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In Light of COVID-19, AU Implements New Pass/No Credit Option for Spring 2020

Updated: Oct 28, 2020

By: Loren Negovan

There is no doubt that the COVID-19 crisis has caused many students stress over their grades and their academic performance. With the new resulting changes, such as the swift shift to online classes, and thus a whole different format, there is a high potential for students to be worried about their academic performance. It is safe to say that most students are not accustomed to learning online, and that grades may suffer as a result of the switch to virtual classes. Thus, taking this into consideration, Adelphi has introduced an option to switch one’s letter grade to a pass/fail for this semester.

The option has several benefits. First, having the option of a pass/fail grade will allow students to still pass particularly difficult classes. It also will not have any effect on GPA, so students will be able to take better care of their mental health in these times of hardship. According to the email Adelphi sent out about the grading option, “This approach supports you in working to your highest potential, but does not penalize you with an ‘F’ if the sudden conversion to remote learning results in unexpected challenges and a lower than expected grade in any courses.”

Peter West, associate provost for student success, played a part in making the decision to offer this grading option.

“The Provost’s office began discussions on a pass/fail option once we made the decision to move to remote learning,” he said. “Like so many other institutions, we are very aware of the fact that changing teaching and learning formats in the middle of the semester poses a great challenge to our students.”

While a student-made petition requesting pass/fail to be offered to students circulated around the first week of online learning, West explained that while they were made aware of it, discussions with faculty about how to craft an appropriate policy for Adelphi were already far along.

Of course, students have something to say about this, and the feedback has been mostly positive.

“I think it’s a good thing,” said Valery Vasquez, a first-year student. “This semester has become really crazy and not everyone is able to participate at their full capacity because they might have to take care of family. With the pass/fail option, GPAs won’t be affected so much so everyone can be able to focus on their health rather than their grades.”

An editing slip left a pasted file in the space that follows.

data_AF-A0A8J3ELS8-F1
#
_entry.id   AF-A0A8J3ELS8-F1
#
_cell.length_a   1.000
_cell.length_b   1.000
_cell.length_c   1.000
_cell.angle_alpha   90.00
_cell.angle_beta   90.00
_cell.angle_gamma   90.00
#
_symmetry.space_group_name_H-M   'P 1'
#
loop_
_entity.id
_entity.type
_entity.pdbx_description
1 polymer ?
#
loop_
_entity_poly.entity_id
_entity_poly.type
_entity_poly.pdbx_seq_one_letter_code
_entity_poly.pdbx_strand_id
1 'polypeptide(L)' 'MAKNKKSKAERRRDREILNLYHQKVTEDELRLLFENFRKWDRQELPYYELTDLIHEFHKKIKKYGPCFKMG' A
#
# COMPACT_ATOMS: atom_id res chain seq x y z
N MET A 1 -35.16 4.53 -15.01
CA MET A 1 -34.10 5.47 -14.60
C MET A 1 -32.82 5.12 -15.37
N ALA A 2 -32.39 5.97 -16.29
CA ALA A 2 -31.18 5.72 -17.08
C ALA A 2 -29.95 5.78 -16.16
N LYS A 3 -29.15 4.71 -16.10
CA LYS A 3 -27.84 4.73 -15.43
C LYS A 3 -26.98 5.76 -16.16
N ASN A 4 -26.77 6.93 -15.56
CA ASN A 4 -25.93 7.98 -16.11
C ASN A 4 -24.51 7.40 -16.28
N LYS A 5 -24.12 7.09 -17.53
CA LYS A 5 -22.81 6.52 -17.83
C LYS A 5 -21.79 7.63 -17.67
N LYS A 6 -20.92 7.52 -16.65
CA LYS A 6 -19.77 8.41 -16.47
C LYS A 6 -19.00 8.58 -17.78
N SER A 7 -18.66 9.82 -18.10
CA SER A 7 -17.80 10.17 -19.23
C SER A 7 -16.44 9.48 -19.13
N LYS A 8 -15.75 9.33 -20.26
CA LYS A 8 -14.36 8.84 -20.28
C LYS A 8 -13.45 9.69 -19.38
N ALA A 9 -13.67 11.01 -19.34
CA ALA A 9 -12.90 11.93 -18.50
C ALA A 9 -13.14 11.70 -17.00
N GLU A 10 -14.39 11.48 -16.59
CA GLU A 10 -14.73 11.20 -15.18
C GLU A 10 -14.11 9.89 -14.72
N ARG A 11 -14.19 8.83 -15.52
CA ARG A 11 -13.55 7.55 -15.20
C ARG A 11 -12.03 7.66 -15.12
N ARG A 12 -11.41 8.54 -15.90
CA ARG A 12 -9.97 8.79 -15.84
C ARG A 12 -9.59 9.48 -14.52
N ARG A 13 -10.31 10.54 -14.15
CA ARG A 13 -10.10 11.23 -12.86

“If I don’t do well in one of my classes,” said Sophie Muhlbauer, a first-year student, “I think it might be a good idea.”

But there are still exceptions for certain majors. Nursing, accounting, physical education, art education and music education will be more limited in how they can use the pass/fail option. Communications sciences and disorders majors, as well as students in the Scholar Teacher Education Program (STEP), will also have these limitations.

“I strongly recommend that students with questions about how the policy applies to their major or program speak directly with their chair or program director,” West said. “It’s important to understand that when we were crafting the policy, we knew that `pass’ or `no credit’ grades bring with them a whole list of questions and ambiguities. There are rules about financial aid, for example. Also, in programs that lead to certification, we might have accrediting bodies that don’t allow a pass grade to count towards their degree requirements.”

Some classes, by their nature, are simply not made to be online. Mylo Fisherman, another first year student, said, “I am taking one class in particular that has been extremely stressing me out as it was a class that works better in person, and if I end up not doing as well as I want due to this, I may take the pass/fail option.”

Hopefully, the new pass/fail option will be an asset as well as a relief to students. West made it clear that he wants students to know faculty are deeply committed to supporting them, now more than ever.

“In light of everything that’s happening right now, this policy offers students a way of making sure that they can do their best in the coming weeks and then make the decision about the grading option based on what is best for their own academic and professional careers when the semester has ended.,” he said.

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